If you were to pick up a legless lizard, you would feel that there is a distinct difference between the body and the tail. The body is far more rigid than the tail, and the tail makes up the majority of the lizard’s body length. About two-thirds of a legless lizard’s body is actually their tail.
Snakes cannot voluntarily drop sections of their tail. If a snake loses a portion of its tail, it is due to a direct attack, injury, or illness.
If a snake has its tail damaged, it will scar, leaving behind a nub that will not grow back.
If you were to pick up a snake, you’d notice its whole body is very smooth without a distinction between body and tail. This is because there is not a distinct physiological difference between the tail and body aside from the presence of organs.
Snakes are mostly body and not just all tail! Two-thirds of their entire length will be only body, while the end third is just tail comprised of muscle.
Ears and Eyes
Snakes and lizards do not perceive the world in the same way! As humans, we take our eyes and ears for granted. In the reptile world, though, things can get a little strange!
Legless lizards have external ear holes! They actually hear sound instead of just feeling its vibrations. Their ear holes are located on either side of their heads and are very small. Legless lizards’ ears are usually oval or slit-shaped to keep debris out of them.
Legless lizards also have external eyelids! This means you can watch them blink!
Snakes do not have ear holes. They feel sound as vibrations through their body, or more specifically, their jawbones.
Also unlike legless lizards, snakes do not have external eyelids! They have thin, transparent nictitating membranes that slide across their eyes to keep them hydrated. Unless you are watching very closely (and I mean closely!), you will miss the membrane sliding across the eye.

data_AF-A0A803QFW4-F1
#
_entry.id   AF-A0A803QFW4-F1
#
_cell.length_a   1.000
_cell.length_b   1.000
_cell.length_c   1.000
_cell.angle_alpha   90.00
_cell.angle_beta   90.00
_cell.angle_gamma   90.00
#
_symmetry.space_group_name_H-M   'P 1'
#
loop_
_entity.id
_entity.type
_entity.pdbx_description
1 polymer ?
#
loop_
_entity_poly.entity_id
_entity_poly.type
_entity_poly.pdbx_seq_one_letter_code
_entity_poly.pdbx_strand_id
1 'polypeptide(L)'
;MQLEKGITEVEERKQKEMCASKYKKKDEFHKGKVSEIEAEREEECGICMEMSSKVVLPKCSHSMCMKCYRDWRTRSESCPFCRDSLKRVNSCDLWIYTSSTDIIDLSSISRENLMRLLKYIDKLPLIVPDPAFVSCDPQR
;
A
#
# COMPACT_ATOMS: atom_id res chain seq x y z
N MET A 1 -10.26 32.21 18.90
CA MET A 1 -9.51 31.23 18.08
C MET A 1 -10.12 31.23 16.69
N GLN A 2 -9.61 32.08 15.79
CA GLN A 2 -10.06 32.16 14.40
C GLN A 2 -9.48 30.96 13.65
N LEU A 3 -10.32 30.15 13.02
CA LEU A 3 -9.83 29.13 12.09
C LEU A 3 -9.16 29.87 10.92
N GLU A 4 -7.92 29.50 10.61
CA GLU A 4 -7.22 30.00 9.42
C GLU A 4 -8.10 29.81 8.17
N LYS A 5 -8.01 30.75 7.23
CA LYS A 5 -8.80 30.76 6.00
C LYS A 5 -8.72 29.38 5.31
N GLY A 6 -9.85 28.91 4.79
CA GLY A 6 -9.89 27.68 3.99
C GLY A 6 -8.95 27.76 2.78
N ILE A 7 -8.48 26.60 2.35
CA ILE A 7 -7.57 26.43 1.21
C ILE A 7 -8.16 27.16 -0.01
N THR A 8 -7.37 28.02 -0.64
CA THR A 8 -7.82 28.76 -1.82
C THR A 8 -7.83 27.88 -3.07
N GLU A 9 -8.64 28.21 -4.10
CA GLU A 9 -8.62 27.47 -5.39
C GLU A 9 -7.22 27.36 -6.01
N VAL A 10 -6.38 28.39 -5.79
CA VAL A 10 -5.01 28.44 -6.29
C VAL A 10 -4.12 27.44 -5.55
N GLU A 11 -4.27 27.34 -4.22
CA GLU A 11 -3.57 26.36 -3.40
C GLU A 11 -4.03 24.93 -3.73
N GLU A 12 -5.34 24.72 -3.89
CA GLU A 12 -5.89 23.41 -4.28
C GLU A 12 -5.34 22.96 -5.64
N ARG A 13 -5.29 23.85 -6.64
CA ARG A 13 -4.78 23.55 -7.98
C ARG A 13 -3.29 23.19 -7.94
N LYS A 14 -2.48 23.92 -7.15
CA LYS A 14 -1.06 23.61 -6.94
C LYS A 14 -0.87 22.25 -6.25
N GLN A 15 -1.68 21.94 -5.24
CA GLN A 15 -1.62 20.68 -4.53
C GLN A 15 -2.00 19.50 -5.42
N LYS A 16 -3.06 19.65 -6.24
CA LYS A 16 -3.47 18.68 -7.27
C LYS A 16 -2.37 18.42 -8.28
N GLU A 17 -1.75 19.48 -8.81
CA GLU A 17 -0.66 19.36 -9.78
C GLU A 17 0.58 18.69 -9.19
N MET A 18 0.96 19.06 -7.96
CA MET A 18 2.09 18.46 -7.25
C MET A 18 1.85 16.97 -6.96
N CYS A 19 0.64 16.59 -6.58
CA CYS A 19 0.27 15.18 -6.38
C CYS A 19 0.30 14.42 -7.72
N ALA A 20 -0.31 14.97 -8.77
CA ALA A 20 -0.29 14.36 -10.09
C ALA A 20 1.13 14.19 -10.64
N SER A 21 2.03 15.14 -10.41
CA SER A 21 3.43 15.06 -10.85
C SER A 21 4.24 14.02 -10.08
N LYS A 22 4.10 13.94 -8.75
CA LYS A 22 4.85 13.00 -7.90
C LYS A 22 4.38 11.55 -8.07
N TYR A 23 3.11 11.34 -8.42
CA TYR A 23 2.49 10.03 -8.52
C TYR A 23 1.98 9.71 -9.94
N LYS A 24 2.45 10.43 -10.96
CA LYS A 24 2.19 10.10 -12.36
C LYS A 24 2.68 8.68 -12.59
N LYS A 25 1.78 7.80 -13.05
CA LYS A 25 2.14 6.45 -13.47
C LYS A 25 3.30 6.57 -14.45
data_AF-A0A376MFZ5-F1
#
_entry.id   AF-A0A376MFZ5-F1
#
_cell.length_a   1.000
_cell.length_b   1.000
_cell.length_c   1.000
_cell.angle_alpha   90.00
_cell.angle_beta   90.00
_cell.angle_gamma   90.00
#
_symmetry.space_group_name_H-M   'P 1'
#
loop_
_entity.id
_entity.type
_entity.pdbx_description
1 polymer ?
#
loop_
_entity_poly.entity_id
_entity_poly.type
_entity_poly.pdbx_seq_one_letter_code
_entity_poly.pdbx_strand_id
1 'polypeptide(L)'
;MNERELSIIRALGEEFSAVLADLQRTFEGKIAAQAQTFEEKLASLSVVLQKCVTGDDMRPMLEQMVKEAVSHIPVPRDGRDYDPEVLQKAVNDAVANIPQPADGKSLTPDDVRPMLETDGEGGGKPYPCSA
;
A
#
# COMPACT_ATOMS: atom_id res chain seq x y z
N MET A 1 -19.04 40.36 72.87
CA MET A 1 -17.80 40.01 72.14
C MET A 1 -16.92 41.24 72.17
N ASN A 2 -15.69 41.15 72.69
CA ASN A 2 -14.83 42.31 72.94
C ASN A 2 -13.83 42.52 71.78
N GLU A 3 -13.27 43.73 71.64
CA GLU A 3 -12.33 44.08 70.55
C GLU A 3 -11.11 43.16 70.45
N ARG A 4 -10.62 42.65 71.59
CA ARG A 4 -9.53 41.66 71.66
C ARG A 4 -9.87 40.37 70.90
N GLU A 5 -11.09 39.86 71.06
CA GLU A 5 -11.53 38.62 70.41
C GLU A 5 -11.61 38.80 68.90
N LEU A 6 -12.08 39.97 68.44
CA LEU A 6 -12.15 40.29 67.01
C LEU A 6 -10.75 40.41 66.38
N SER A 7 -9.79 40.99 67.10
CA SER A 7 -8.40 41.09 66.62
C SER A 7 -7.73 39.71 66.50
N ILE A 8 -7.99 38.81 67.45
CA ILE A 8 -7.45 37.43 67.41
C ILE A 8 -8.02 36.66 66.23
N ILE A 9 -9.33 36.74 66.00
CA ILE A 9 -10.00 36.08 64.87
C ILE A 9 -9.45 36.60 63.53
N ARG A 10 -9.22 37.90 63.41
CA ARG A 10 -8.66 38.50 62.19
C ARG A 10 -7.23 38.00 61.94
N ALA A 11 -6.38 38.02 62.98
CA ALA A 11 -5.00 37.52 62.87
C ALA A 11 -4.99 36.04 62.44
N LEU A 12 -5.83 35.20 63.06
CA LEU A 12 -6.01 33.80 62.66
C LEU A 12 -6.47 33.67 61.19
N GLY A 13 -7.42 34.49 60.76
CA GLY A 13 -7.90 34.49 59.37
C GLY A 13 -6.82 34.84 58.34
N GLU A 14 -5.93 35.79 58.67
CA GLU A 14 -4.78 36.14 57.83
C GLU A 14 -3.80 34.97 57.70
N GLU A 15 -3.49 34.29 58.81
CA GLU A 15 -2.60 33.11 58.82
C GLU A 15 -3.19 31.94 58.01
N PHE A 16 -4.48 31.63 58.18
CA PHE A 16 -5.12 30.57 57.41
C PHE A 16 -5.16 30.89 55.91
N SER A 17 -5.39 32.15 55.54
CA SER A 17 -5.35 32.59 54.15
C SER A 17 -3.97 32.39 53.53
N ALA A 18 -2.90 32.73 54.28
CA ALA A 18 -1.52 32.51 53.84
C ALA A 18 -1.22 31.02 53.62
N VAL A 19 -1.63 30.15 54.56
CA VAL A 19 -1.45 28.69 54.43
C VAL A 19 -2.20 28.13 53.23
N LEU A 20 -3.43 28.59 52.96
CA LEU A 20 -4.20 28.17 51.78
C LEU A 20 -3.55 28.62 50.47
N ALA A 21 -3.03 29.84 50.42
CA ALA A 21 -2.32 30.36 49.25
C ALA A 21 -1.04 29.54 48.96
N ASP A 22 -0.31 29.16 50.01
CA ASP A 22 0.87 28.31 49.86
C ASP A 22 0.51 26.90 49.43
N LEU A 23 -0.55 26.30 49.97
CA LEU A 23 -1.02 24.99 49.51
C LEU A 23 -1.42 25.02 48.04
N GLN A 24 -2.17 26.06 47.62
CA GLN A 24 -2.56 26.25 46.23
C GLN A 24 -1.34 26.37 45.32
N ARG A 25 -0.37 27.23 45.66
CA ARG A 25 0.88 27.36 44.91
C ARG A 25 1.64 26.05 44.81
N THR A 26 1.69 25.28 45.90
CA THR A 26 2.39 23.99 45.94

There is a smaller range in size when comparing different species of legless lizards to one another versus comparing snakes to one another! While most legless lizards are quite small, snakes have a lot more variation in size and can grow to be very long and heavy.
Different species of legless lizards can grow to different sizes. However, in most cases, the largest will only reach around two to three feet in length.
The largest legless lizard is the Scheltopusik (Pseudopus apodus), which can reach four feet in length! This is pretty impressive, considering they are lizards!
Different species of snakes grow to different sizes. They can be anywhere from well under a foot to several feet long, just like legless lizards. However, snakes have a far greater differentiation in size throughout their various species.
The reticulated python, being the longest of all snake species, can grow to 16 feet! This is four times the size of the largest legless lizard.
FAQs About Legless Lizards and Snakes
Are there legless lizards who still have legs?
Some species of legless lizards do have small vestigial legs that do not perform any real function. These are limbs left over from evolution.
I thought I had a boa, but he has legs! Is it a legless lizard?
Do not worry! Your boa is still a boa!
Boas and pythons have very small hind limbs called anal spurs that are located next to the cloaca that help them hold onto females during mating.
Are legless lizards venomous?
Legless lizards can still inflict a painful bite. However, no known species of legless lizards are venomous. Therefore, if a legless lizard bites you, the worst you will suffer from is an infection of the bite.
What do legless lizards eat?
Smaller legless lizards will eat many forms of insects and worms they find while burrowing under the surface. However, larger species of legless lizards will eat smaller lizards, eggs, snails and slugs, and sometimes even small mammals.
Legless lizards do not have jaws that can stretch like snakes’ do. Therefore, they are restricted in terms of the size of prey they can fit in their mouths and safely eat.
Hopefully, by now you will be able to tell the difference between legless lizards vs snakes when next you come across an unidentified noodly-looking animal in the grass.
To recap, the key things to look out for when trying to differentiate between the two animals are the presence (or absence) of ear holes, blinking eyelids, the length (and perhaps absence) of the tail, and the overall size of the animal.